I was watching a 2014 episode of 'Shark Tank', Season 6, Episode 3. A woman pitching 'HeartPUP', a pet carrier, said that while in law school, one of her professors said, "Patent laws are changing next month, if you put this on the internet now, you'll have a common law patent..." And then she was interrupted. Was this something legitimate? Is there such a thing as a 'common law patent'? I can't find anything online that refers to it.



There may be common law trademarks, but patents are a grant of a time-limited monopoly from a government. A fairly radical U.S. patent law (in my opinion) was signed in 2012 with various aspects going into effect over the next 18 months or so.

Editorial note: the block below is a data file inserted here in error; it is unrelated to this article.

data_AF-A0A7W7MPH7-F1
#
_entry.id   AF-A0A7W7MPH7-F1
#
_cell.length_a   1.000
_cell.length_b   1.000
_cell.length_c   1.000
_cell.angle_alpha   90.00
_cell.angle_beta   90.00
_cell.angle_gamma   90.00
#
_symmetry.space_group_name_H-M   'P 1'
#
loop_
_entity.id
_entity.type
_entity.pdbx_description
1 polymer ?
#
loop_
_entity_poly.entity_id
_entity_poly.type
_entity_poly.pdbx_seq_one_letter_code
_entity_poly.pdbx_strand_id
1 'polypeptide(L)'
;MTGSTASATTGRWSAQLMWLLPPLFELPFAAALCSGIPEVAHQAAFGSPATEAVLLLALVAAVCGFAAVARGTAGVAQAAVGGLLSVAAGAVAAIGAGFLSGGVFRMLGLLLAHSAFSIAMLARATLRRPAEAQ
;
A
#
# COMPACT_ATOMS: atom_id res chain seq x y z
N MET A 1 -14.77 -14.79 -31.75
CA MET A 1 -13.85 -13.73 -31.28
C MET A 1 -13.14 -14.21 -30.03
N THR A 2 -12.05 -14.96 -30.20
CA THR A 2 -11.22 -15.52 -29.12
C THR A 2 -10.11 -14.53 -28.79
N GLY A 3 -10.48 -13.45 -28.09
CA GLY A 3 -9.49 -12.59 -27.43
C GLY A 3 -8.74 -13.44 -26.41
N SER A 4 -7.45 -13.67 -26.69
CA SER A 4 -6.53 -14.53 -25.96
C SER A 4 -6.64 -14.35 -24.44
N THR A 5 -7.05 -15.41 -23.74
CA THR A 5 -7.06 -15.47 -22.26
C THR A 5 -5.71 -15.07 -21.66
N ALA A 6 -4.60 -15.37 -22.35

Under the new law one can publish the details of an invention and then get a year to actually file. If followed up on within the year, the publication would effectively be part of a first-to-file system providing protection - if and when a patent issued. Under the old law someone else could establish that they invented it first regardless of your publication. Under the new law, if they file the day after your publication they would be denied as being old - period.

Of course the day it was published on the internet all possibility of any patents outside the U.S. would be gone.

  • Thanks. Your answer is how I understood things to work. – Paul Page Jan 11 '20 at 4:38

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